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Time to Build More Hospitals

The rising Covid-19 infections have overwhelmed our hospitals and exposed the vulnerability of our healthcare system. But it is not too late to regain control of the situation.

 

We should invest in healthcare infrastructure in an unprecedented way. Instead of hiding in our homes from the pandemic, we should start undertaking healthcare-focused measures to defeat Covid-19.

 

Several factors explain why the Philippines has one of the highest numbers of Covid-19 cases in the Asia-Pacific region—which all the more necessary that we focus on expanding our healthcare infrastructure, instead of locking down the economy.

 

The Philippines is a unique nation. More than 10 million Filipinos live or work overseas, remitting over $30 billion annually to their families. Our migrant workers account for about 10 percent of the national population, one of the highest in the world. Obviously, we could not just shut down our airports as thousands of OFWs move in and out of the country every day.

 

By July this year, our population would exceed 110 million, according to the Philippine Statistics Authority. A large population congregating in small areas is highly susceptible to a virus outbreak, and we are now seeing this in Metro Manila and nearby provinces.

 

The Asian Development Bank has listed Metro Manila as the most congested among 278 urban areas in Developing Asia. Manila is considered the most densely populated city in the world, with over 40,000 residents per square kilometer. The congestion is even more pronounced in slum communities.

 

The Philippine Statistics Authority has estimated that the population of the National Capital Region or Metro Manila will swell to nearly 14 million by July 2021. Surrounding provinces that were placed under the so-called NCR Plus bubble also have large populations, led by Cavite with 4.3 million. The population of Bulacan is projected to reach 3.7 million by July; Laguna, 3.4 million; and Rizal, 3.27 million. These areas have a combined population of nearly 30 million.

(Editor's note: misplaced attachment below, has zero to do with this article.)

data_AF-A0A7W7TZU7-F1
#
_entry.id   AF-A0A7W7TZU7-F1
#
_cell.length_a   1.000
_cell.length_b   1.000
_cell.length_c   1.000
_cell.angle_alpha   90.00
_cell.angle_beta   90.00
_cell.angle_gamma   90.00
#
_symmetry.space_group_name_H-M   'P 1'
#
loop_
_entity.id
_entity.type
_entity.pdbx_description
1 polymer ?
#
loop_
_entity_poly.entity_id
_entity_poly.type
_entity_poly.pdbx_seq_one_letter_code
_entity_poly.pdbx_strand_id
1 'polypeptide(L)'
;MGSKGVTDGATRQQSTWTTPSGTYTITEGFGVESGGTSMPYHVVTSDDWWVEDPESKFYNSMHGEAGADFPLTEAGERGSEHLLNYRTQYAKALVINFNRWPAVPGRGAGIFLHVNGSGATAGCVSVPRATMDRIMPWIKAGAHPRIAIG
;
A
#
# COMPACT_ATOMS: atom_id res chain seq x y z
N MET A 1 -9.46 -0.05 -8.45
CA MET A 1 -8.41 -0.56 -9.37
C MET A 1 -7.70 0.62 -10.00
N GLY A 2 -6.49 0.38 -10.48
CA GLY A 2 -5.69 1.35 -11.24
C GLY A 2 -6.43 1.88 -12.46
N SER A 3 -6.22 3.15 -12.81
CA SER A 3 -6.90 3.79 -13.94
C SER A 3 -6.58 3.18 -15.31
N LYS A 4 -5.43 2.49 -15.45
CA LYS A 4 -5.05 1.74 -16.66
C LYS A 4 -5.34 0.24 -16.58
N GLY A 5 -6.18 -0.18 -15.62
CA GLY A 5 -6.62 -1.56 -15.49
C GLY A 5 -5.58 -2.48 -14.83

It is not surprising that most new Covid-19 were recorded in these areas. While locking down these communities would certainly lead to a slower transmission of the virus, it could never resolve the problem that might burst at the seams one day. No less than the National Economic and Development Authority said the enhanced community quarantine alone does not reduce cases. It simply buys time.

 

A prolonged lockdown of the economy creates a lot of unemployed people, which may only exacerbate the problem and stifle the expected recovery of the economy. This is because the Philippines heavily relies on domestic consumption and investment.

 

It is, thus, time to resort to healthcare-focused measures. The major reason cited by the government for declaring NCR and the provinces of Bulacan, Rizal, Cavite, and Laguna under the enhanced community quarantine is the lack of hospital beds amid the influx of newly infected patients. It is heartbreaking to learn that many patients died while waiting for their beds in emergency rooms.

 

This could have been avoided if we have more medical facilities. The government spent more than P200 billion for the social amelioration program last year. It is allocating another P23 billion from the Bayanihan 2 for 22.9 million beneficiaries within the NCR Plus bubble this month. The combined amount of government cash aid could have built more than 223 hospitals with 22,300 beds.

 

Neda has estimated that households in these areas would lose about P2.1 billion a day or nearly P30 billion under the two-week ECQ. The same amount could fund the construction of another 30 hospitals with 3,000 beds.

 

If we build hundreds of new hospitals initially by transforming existing buildings to save time, quickly constructing new ones like China did last year, or deploying mobile hospitals, we could better manage the outbreak without resorting to shackling the economy. A hospital would never be a wasted investment, given the greying population that we have today.

 

Another measure that we should consider is the massive testing of the population in the NCR Plus initially, and in other provinces eventually. Some experts recommend targeted testing, but this might not be enough anymore. The situation in the “NCR Plus” now suggests we need to conduct testing in every barangay because of the widespread community transmission.

 

The US, for example, has conducted more than 400 million Covid-19 tests, exceeding its total population of 332 million. The Philippines has so far conducted only 10.5 million tests or less than 10 percent of the population.

 

Nonetheless, I remain hopeful that we will overcome this situation and restore our economy to lift millions of jobless Filipinos out of poverty.

 

We should not be gripped and controlled by fear. We have to take action through healthcare-focused measures, like building new hospitals, massive testing, and, of course, faster vaccine rollout.